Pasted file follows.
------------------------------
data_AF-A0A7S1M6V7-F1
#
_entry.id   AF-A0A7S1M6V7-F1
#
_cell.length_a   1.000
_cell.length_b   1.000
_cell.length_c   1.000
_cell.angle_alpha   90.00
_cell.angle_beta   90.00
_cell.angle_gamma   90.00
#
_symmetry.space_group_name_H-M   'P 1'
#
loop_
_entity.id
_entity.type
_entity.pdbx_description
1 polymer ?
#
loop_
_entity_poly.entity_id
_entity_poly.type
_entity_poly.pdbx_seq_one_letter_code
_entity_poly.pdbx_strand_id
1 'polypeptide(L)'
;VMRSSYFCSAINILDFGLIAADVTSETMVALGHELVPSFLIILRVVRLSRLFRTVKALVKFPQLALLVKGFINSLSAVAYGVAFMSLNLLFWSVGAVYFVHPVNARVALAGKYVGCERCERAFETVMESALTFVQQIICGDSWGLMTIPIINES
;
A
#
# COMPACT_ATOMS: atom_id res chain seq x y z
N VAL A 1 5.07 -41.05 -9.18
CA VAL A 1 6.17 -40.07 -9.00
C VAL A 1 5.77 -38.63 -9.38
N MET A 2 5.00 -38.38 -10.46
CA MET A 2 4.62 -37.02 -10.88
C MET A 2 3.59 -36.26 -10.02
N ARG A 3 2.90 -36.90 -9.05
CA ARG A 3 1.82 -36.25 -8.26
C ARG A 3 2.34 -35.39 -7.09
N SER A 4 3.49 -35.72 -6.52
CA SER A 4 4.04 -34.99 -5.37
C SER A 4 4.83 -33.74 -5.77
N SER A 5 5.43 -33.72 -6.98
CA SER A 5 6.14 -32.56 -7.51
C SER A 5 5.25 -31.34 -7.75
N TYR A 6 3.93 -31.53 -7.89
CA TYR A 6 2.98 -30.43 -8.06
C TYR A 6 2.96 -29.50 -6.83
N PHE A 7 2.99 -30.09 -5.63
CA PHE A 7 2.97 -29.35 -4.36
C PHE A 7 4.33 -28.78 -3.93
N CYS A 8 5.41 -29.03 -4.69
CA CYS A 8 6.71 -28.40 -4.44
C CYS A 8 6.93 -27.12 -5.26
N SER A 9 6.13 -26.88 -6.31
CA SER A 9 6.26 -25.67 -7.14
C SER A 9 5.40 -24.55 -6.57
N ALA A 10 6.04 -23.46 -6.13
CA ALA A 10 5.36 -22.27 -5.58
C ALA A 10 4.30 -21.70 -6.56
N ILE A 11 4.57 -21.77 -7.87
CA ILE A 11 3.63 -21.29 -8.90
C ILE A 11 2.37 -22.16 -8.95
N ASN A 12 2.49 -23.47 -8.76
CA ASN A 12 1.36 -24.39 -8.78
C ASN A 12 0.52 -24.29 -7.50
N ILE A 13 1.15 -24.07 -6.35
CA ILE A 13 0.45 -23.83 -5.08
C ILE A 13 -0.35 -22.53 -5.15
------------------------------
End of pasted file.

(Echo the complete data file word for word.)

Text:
data_AF-A0A7S1M6V7-F1
#
_entry.id   AF-A0A7S1M6V7-F1
#
_cell.length_a   1.000
_cell.length_b   1.000
_cell.length_c   1.000
_cell.angle_alpha   90.00
_cell.angle_beta   90.00
_cell.angle_gamma   90.00
#
_symmetry.space_group_name_H-M   'P 1'
#
loop_
_entity.id
_entity.type
_entity.pdbx_description
1 polymer ?
#
loop_
_entity_poly.entity_id
_entity_poly.type
_entity_poly.pdbx_seq_one_letter_code
_entity_poly.pdbx_strand_id
1 'polypeptide(L)'
;VMRSSYFCSAINILDFGLIAADVTSETMVALGHELVPSFLIILRVVRLSRLFRTVKALVKFPQLALLVKGFINSLSAVAYGVAFMSLNLLFWSVGAVYFVHPVNARVALAGKYVGCERCERAFETVMESALTFVQQIICGDSWGLMTIPIINES
;
A
#
# COMPACT_ATOMS: atom_id res chain seq x y z
N VAL A 1 5.07 -41.05 -9.18
CA VAL A 1 6.17 -40.07 -9.00
C VAL A 1 5.77 -38.63 -9.38
N MET A 2 5.00 -38.38 -10.46
CA MET A 2 4.62 -37.02 -10.88
C MET A 2 3.59 -36.26 -10.02
N ARG A 3 2.90 -36.90 -9.05
CA ARG A 3 1.82 -36.25 -8.26
C ARG A 3 2.34 -35.39 -7.09
N SER A 4 3.49 -35.72 -6.52
CA SER A 4 4.04 -34.99 -5.37
C SER A 4 4.83 -33.74 -5.77
N SER A 5 5.43 -33.72 -6.98
CA SER A 5 6.14 -32.56 -7.51
C SER A 5 5.25 -31.34 -7.75
N TYR A 6 3.93 -31.53 -7.89
CA TYR A 6 2.98 -30.43 -8.06
C TYR A 6 2.96 -29.50 -6.83
N PHE A 7 2.99 -30.09 -5.63
CA PHE A 7 2.97 -29.35 -4.36
C PHE A 7 4.33 -28.78 -3.93
N CYS A 8 5.41 -29.03 -4.69
CA CYS A 8 6.71 -28.40 -4.44
C CYS A 8 6.93 -27.12 -5.26
N SER A 9 6.13 -26.88 -6.31
CA SER A 9 6.26 -25.67 -7.14
C SER A 9 5.40 -24.55 -6.57
N ALA A 10 6.04 -23.46 -6.13
CA ALA A 10 5.36 -22.27 -5.58
C ALA A 10 4.30 -21.70 -6.56
N ILE A 11 4.57 -21.77 -7.87
CA ILE A 11 3.63 -21.29 -8.90
C ILE A 11 2.37 -22.16 -8.95
N ASN A 12 2.49 -23.47 -8.76
CA ASN A 12 1.36 -24.39 -8.78
C ASN A 12 0.52 -24.29 -7.50
N ILE A 13 1.15 -24.07 -6.35
CA ILE A 13 0.45 -23.83 -5.08
C ILE A 13 -0.35 -22.53 -5.15